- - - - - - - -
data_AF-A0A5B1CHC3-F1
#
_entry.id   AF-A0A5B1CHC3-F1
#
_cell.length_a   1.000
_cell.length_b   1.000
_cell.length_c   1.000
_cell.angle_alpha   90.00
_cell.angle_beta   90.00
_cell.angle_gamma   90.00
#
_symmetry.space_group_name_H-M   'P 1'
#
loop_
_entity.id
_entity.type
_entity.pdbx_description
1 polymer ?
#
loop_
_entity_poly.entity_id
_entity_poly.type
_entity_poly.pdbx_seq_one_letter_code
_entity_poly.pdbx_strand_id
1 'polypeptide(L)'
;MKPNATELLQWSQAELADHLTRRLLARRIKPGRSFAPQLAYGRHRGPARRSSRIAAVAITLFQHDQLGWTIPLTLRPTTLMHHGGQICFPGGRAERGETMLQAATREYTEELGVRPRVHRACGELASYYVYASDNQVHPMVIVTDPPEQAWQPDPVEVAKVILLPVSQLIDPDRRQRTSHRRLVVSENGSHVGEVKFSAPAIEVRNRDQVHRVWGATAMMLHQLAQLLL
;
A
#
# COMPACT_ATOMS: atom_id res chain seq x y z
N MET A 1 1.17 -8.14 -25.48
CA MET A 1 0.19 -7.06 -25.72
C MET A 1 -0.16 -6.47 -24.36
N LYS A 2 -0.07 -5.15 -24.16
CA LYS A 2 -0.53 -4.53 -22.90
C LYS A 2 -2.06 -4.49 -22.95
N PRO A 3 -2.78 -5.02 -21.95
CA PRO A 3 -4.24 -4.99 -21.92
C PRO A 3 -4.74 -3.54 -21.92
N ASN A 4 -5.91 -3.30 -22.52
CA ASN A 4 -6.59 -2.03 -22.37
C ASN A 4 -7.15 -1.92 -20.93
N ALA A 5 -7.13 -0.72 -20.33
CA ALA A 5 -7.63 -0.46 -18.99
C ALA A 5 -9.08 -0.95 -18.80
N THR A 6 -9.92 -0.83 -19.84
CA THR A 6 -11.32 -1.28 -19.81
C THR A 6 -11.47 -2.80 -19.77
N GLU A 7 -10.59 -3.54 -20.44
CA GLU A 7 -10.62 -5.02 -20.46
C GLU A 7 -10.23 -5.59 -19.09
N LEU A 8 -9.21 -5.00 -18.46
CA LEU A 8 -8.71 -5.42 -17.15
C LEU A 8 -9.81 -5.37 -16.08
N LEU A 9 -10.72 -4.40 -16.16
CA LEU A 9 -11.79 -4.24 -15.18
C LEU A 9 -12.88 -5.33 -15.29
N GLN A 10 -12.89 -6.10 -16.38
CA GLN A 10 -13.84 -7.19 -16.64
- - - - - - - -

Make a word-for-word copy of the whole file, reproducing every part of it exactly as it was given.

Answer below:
data_AF-A0A5B1CHC3-F1
#
_entry.id   AF-A0A5B1CHC3-F1
#
_cell.length_a   1.000
_cell.length_b   1.000
_cell.length_c   1.000
_cell.angle_alpha   90.00
_cell.angle_beta   90.00
_cell.angle_gamma   90.00
#
_symmetry.space_group_name_H-M   'P 1'
#
loop_
_entity.id
_entity.type
_entity.pdbx_description
1 polymer ?
#
loop_
_entity_poly.entity_id
_entity_poly.type
_entity_poly.pdbx_seq_one_letter_code
_entity_poly.pdbx_strand_id
1 'polypeptide(L)'
;MKPNATELLQWSQAELADHLTRRLLARRIKPGRSFAPQLAYGRHRGPARRSSRIAAVAITLFQHDQLGWTIPLTLRPTTLMHHGGQICFPGGRAERGETMLQAATREYTEELGVRPRVHRACGELASYYVYASDNQVHPMVIVTDPPEQAWQPDPVEVAKVILLPVSQLIDPDRRQRTSHRRLVVSENGSHVGEVKFSAPAIEVRNRDQVHRVWGATAMMLHQLAQLLL
;
A
#
# COMPACT_ATOMS: atom_id res chain seq x y z
N MET A 1 1.17 -8.14 -25.48
CA MET A 1 0.19 -7.06 -25.72
C MET A 1 -0.16 -6.47 -24.36
N LYS A 2 -0.07 -5.15 -24.16
CA LYS A 2 -0.53 -4.53 -22.90
C LYS A 2 -2.06 -4.49 -22.95
N PRO A 3 -2.78 -5.02 -21.95
CA PRO A 3 -4.24 -4.99 -21.92
C PRO A 3 -4.74 -3.54 -21.92
N ASN A 4 -5.91 -3.30 -22.52
CA ASN A 4 -6.59 -2.03 -22.37
C ASN A 4 -7.15 -1.92 -20.93
N ALA A 5 -7.13 -0.72 -20.33
CA ALA A 5 -7.63 -0.46 -18.99
C ALA A 5 -9.08 -0.95 -18.80
N THR A 6 -9.92 -0.83 -19.84
CA THR A 6 -11.32 -1.28 -19.81
C THR A 6 -11.47 -2.80 -19.77
N GLU A 7 -10.59 -3.54 -20.44
CA GLU A 7 -10.62 -5.02 -20.46
C GLU A 7 -10.23 -5.59 -19.09
N LEU A 8 -9.21 -5.00 -18.46
CA LEU A 8 -8.71 -5.42 -17.15
C LEU A 8 -9.81 -5.37 -16.08
N LEU A 9 -10.72 -4.40 -16.16
CA LEU A 9 -11.79 -4.24 -15.18
C LEU A 9 -12.88 -5.33 -15.29
N GLN A 10 -12.89 -6.10 -16.38
CA GLN A 10 -13.84 -7.19 -16.64